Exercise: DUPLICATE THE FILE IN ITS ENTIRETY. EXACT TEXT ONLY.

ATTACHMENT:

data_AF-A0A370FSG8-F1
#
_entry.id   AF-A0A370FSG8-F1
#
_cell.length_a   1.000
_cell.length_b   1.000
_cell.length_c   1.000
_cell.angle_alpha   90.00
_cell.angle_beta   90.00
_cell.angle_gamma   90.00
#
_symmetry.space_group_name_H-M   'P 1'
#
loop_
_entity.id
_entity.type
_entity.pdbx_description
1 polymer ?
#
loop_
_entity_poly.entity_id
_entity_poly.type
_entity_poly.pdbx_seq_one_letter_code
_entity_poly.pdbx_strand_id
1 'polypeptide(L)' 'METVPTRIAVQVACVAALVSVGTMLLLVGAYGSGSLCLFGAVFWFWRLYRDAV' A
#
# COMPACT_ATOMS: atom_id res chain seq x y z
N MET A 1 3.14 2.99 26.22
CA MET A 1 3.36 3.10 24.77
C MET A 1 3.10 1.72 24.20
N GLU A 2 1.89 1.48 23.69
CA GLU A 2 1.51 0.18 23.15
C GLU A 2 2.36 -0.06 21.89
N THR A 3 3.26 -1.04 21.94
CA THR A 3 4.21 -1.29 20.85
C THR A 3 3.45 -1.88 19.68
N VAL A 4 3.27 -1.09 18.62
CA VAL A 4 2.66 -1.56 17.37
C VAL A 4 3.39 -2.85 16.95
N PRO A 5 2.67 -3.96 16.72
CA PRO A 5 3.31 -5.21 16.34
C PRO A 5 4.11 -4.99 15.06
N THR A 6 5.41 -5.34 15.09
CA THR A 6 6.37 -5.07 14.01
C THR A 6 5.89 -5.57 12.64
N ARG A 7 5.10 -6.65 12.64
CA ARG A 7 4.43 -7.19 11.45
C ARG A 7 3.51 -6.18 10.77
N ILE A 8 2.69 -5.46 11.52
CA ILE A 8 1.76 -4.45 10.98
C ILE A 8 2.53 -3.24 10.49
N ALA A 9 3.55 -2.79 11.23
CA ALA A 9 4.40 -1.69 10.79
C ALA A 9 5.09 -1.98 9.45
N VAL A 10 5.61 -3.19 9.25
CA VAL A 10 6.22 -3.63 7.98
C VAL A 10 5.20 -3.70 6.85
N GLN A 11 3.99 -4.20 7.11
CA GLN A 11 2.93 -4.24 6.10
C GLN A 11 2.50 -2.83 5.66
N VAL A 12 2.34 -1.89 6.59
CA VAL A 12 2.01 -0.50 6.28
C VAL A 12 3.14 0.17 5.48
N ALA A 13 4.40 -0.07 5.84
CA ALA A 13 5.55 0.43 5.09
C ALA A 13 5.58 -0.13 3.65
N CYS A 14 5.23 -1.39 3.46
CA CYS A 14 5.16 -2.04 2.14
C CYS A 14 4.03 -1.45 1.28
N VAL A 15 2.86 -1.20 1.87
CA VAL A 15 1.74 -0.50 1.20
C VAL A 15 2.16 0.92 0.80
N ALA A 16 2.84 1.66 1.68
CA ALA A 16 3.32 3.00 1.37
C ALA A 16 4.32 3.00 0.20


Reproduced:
data_AF-A0A370FSG8-F1
#
_entry.id   AF-A0A370FSG8-F1
#
_cell.length_a   1.000
_cell.length_b   1.000
_cell.length_c   1.000
_cell.angle_alpha   90.00
_cell.angle_beta   90.00
_cell.angle_gamma   90.00
#
_symmetry.space_group_name_H-M   'P 1'
#
loop_
_entity.id
_entity.type
_entity.pdbx_description
1 polymer ?
#
loop_
_entity_poly.entity_id
_entity_poly.type
_entity_poly.pdbx_seq_one_letter_code
_entity_poly.pdbx_strand_id
1 'polypeptide(L)' 'METVPTRIAVQVACVAALVSVGTMLLLVGAYGSGSLCLFGAVFWFWRLYRDAV' A
#
# COMPACT_ATOMS: atom_id res chain seq x y z
N MET A 1 3.14 2.99 26.22
CA MET A 1 3.36 3.10 24.77
C MET A 1 3.10 1.72 24.20
N GLU A 2 1.89 1.48 23.69
CA GLU A 2 1.51 0.18 23.15
C GLU A 2 2.36 -0.06 21.89
N THR A 3 3.26 -1.04 21.94
CA THR A 3 4.21 -1.29 20.85
C THR A 3 3.45 -1.88 19.68
N VAL A 4 3.27 -1.09 18.62
CA VAL A 4 2.66 -1.56 17.37
C VAL A 4 3.39 -2.85 16.95
N PRO A 5 2.67 -3.96 16.72
CA PRO A 5 3.31 -5.21 16.34
C PRO A 5 4.11 -4.99 15.06
N THR A 6 5.41 -5.34 15.09
CA THR A 6 6.37 -5.07 14.01
C THR A 6 5.89 -5.57 12.64
N ARG A 7 5.10 -6.65 12.64
CA ARG A 7 4.43 -7.19 11.45
C ARG A 7 3.51 -6.18 10.77
N ILE A 8 2.69 -5.46 11.52
CA ILE A 8 1.76 -4.45 10.98
C ILE A 8 2.53 -3.24 10.49
N ALA A 9 3.55 -2.79 11.23
CA ALA A 9 4.40 -1.69 10.79
C ALA A 9 5.09 -1.98 9.45
N VAL A 10 5.61 -3.19 9.25
CA VAL A 10 6.22 -3.63 7.98
C VAL A 10 5.20 -3.70 6.85
N GLN A 11 3.99 -4.20 7.11
CA GLN A 11 2.93 -4.24 6.10
C GLN A 11 2.50 -2.83 5.66
N VAL A 12 2.34 -1.89 6.59
CA VAL A 12 2.01 -0.50 6.28
C VAL A 12 3.14 0.17 5.48
N ALA A 13 4.40 -0.07 5.84
CA ALA A 13 5.55 0.43 5.09
C ALA A 13 5.58 -0.13 3.65
N CYS A 14 5.23 -1.39 3.46
CA CYS A 14 5.16 -2.04 2.14
C CYS A 14 4.03 -1.45 1.28
N VAL A 15 2.86 -1.20 1.87
CA VAL A 15 1.74 -0.50 1.20
C VAL A 15 2.16 0.92 0.80
N ALA A 16 2.84 1.66 1.68
CA ALA A 16 3.32 3.00 1.37
C ALA A 16 4.32 3.00 0.20